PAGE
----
31 AUGUST 1867, Page 18


IGNORANT people, such as the writer of these lines, would ask, in taking up in a bookseller's shop the bulky Memoir of Thomas Drummond, " Who was Thomas Drummond ?" The volume before us answers the question ; and answers it, perhaps, at need- less length. Every one has heard of " the Drummond Light ;" well, this is the Drummond whose light is so well kown. Savans, no doubt, are acquainted with his history, but demi-savans pro- bably think of him in connection with his light alone: It is for the benefit of demi-murals and those who are not means at all that we shall try to glean from Mr. M'Lennan's work some details of his life and achievements ; and we should preface our short account by saying that Thomas Drummond was not only the inventor of a light, but that he did some other things which are worth record- ing, though they are not particularly well recorded.

He came of a good Perthshire family, and his father, who, though a Writer to the Signet, lived chiefly on the country estates, is remembered as " the last laird of Connie." Thomas Drum- mond, however, was born at Edinburgh, on the 10th of October, 1797. His father died when he was still a very little child, and with his mother, grandmother, brother, and sister he went away to Preston, in East Lothian. The elder Drummond had lost money, and the widow's means were very small. This it was that necessitated a move into a less expensive home. But the family had friends, who rallied round them ; and Mrs. Drummond was enabled to give her boys a good education. A Glasgow professor, who took a fancy to Thomas, taught him something of mathe- matics and something of "the humanities" during one or two win- ters that he had to spend away from the seat of his recognized labours ; and, for the rest, a tutor was engaged for the summer months, so that Thomas did not fare badly.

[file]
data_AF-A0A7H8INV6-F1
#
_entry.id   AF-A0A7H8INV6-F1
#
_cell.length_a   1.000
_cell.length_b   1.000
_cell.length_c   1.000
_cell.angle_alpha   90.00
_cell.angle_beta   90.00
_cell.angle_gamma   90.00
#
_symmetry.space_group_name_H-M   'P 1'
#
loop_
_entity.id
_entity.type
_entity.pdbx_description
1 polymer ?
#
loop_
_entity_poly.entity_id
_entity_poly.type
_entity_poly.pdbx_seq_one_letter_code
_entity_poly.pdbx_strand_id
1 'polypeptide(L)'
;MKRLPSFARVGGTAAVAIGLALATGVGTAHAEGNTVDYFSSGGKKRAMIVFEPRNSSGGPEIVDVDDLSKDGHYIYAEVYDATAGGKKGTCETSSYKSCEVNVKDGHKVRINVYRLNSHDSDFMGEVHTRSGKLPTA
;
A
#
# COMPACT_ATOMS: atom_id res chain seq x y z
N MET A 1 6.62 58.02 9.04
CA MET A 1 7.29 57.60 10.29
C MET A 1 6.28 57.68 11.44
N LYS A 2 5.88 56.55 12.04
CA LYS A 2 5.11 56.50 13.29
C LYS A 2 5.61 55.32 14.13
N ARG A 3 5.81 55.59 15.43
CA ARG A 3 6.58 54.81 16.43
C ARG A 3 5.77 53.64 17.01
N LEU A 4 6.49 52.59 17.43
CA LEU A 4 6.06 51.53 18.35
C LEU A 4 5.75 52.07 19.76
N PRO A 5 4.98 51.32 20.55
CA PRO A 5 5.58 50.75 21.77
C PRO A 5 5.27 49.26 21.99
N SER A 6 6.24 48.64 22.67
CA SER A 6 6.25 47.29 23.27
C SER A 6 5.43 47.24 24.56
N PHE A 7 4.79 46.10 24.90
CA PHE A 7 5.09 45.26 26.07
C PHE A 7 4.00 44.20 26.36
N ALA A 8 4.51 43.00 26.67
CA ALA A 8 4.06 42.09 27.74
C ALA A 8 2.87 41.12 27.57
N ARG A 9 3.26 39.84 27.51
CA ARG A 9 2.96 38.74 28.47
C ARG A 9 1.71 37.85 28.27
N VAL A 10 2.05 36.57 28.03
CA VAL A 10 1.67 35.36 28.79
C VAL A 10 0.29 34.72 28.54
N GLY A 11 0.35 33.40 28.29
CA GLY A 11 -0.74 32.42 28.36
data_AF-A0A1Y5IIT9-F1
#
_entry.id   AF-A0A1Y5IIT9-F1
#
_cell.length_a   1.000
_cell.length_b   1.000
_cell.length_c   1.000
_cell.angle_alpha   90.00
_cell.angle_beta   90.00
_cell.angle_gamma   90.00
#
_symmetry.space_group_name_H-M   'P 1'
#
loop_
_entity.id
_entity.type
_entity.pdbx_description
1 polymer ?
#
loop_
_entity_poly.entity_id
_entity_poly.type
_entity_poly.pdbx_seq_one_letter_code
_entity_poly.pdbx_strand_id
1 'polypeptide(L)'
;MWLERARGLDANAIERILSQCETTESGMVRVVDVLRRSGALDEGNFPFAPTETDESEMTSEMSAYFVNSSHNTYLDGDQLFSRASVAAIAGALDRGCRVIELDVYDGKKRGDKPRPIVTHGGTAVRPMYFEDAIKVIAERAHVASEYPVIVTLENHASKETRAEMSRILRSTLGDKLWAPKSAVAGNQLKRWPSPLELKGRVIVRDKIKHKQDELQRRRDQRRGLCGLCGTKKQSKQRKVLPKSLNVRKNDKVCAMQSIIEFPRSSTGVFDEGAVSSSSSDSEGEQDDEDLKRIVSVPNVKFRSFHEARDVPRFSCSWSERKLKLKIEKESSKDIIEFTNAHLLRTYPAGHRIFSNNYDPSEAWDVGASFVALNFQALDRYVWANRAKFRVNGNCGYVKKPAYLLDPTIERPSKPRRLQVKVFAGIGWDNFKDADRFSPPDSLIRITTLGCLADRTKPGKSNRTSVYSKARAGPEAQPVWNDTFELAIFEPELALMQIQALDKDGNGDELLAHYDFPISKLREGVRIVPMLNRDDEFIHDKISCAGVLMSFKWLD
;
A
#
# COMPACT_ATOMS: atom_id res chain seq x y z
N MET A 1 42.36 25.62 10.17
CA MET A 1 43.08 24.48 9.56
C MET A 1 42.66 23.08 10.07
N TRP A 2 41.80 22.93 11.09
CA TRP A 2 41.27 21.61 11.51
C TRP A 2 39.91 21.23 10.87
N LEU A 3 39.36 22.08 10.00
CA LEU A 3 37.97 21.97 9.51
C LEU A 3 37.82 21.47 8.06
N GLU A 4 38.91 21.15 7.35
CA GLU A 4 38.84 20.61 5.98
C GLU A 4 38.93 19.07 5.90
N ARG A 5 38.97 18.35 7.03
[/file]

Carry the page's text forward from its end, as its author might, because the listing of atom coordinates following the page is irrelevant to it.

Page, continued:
In the beginning of 1813 he received his appointment to the Academy at Woolwich, and thither, in the spring, he went as a cadet. He had a hard time of it at Woolwich ; as most young fellows whose luck, good or ill, it was to be thrown on those times probably had. But young Drummond bore up bravely, winning

• Memoir of Thomas Drummond. By Sohn F. 111%atinan. Edinburgh : Edwin- ston and Douglas. 1807.

esteem by his immense sobriety, and receiving, much to his joy, in 1819 an offer to take part in the Ordnance Survey of the Highlands of Scotland. Here was an opportunity of combining scientific pursuits with military service, and in accepting it Thomas Drummond gave up the thought of deserting the corps: a thought he had previously entertained. Mr. WLennan has dis- coursed at great length, and apparently with much knowledge, on the history of the Ordnance Survey, the methods which, till Drummond's time, had been employed in it, and the alterations effected, the service rendered, by the subject of his biography.

In 1823 Drummond was engaged with his superior in carrying a chain of triangles northwards towards Cambridge, for the purpose of fixing upon the position of its Observatory. " On this occa- sion," says the writer of the volume before us, " Wrotham Hill, in Kent, and Leith Hill, in Surrey, were to be observed from Little Berkhampstead, in Hertfordshire." There was great difficulty experienced in making these observations, the dense mass of smoke and fog which constantly envelope the metropolis long defying every effort to pierce it. Aware of these difficulties, Drummond set his mind on overcoming them by the invention of a light of extraordinary power and clearness. The English survey and Drummond's efforts to facilitate it were interrupted by the survey of Ireland, which was resolved upon in 1824. For several

years the work in Ireland was enough for most of those engaged in it ; but by the year 1826 we find the young Scotchman contributing to the Philosophical Transactions a paper on the "Means of Facilitating the Observation of Distant Objects in Geodetical Operations." Knowing that a certain form of focal light could neither be obtained nor preserved when combustion was the source of light, Thomas Drummond was led to attempt applying to the purpose in view the brilliant light emanating from several of the earths when exposed to a high temperature.